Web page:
South Dakota Native Plant Research
Lamiaceae: Agastache foeniculum

Lamiaceae: Agastache foeniculum


Download Seed: The nutlets are 1.3 to 1.5 mm long. (428 KB)

Download Seedling: Three month old seedling of lavender hyssop. (115 KB)

Download Vegetative: The leaf blades are 4-9 cm long and 2-2.5 cm wide. (527 KB)

Download Flowering: The flower spikes can be 4-12 cm long. (494 KB)

Download Fruiting: Lavender hyssop produces fruit in late summer. (861 KB)

Download Plants (999 KB)

Family Name


Common Name

Lavender hyssop, Blue Giant Hyssop

Native American Name

Lakota: wahpe' yata' pi


Agastache foeniculum is a perennial rhizomatous herb, which grows 0.6 m to 1 m in height. The stems are square with opposite ovate to broad to lanceolate simple leaves, greenish above and whitish underneath due to fine, appressed hairs the leaf margins are finely toothed. When crushed the leaves smell of anise. Flowers open in July and August and are arranged in a terminal spike-like raceme. The tubular calyx is 5 toothed 5-7 mm long and lavender toward the tips. The corolla is 2-lipped 7-10 mm long and lavender to bluish-purple in color. Stamens 4 and exerted from corolla. Pistil with 2 carpels with a 2-part style. Fruit are 4 nutlets. Lavender hyssop blooms from June through September. This species is commonly found in upland woods and prairies in both eastern and western South Dakota.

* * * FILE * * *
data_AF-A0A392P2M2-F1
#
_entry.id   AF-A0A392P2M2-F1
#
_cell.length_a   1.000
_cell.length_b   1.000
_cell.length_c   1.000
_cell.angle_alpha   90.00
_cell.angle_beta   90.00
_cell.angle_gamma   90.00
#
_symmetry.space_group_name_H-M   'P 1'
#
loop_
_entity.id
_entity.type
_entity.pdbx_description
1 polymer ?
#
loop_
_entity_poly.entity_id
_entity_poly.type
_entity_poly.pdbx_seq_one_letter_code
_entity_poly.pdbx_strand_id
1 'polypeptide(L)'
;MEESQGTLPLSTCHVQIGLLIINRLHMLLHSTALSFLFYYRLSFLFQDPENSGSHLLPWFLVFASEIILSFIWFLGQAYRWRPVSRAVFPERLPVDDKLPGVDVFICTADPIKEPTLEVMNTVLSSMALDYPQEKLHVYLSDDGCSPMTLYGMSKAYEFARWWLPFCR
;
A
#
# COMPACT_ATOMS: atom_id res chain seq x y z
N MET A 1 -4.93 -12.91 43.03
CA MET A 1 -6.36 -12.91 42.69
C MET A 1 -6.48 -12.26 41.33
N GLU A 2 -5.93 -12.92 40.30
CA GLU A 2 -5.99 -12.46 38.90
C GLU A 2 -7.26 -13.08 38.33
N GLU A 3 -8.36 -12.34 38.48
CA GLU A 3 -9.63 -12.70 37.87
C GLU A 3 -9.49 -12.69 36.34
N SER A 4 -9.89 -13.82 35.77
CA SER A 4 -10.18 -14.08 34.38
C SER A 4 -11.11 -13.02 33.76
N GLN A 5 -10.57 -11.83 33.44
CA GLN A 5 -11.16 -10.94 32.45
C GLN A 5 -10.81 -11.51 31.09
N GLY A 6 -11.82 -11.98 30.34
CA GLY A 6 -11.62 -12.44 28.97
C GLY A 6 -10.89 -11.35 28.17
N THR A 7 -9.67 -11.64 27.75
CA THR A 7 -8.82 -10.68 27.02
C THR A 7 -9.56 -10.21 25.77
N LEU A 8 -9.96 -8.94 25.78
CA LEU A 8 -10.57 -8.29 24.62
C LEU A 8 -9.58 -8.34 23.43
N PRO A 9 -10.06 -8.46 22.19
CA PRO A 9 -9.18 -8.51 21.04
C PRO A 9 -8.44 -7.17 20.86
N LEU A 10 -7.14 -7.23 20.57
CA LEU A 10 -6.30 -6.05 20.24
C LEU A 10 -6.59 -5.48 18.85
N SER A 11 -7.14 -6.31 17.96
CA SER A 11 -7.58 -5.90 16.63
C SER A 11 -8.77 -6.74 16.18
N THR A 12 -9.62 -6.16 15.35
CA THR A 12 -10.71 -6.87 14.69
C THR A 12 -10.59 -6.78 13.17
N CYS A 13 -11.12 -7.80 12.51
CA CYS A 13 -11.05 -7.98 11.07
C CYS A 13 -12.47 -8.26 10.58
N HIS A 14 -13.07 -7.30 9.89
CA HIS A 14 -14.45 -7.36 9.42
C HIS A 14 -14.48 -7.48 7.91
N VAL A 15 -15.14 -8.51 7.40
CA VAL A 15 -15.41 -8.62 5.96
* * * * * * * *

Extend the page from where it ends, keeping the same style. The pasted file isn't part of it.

Additional Notes

The leaves and flowers make a very pleasant tea. The flowers attract honeybees, bumble bees and butterflies. The mature fruit is a staple for birds such as the gold finch.

wahpe' yata'pi means leaf that is chewed

Horticulture Notes

Seed Collection: Collect seed in September
Germination: Fall sow or 60 day cold stratification.
Vegetative Propagation: Easily planted by division of rootstock cuttings.
Soils: Sandy (well drained)
Light: Full sun to partial shade.
Water: Moist to medium dry conditions.
Notes: The seeds smell like licorice

Lamiaceae: Agastache foeniculum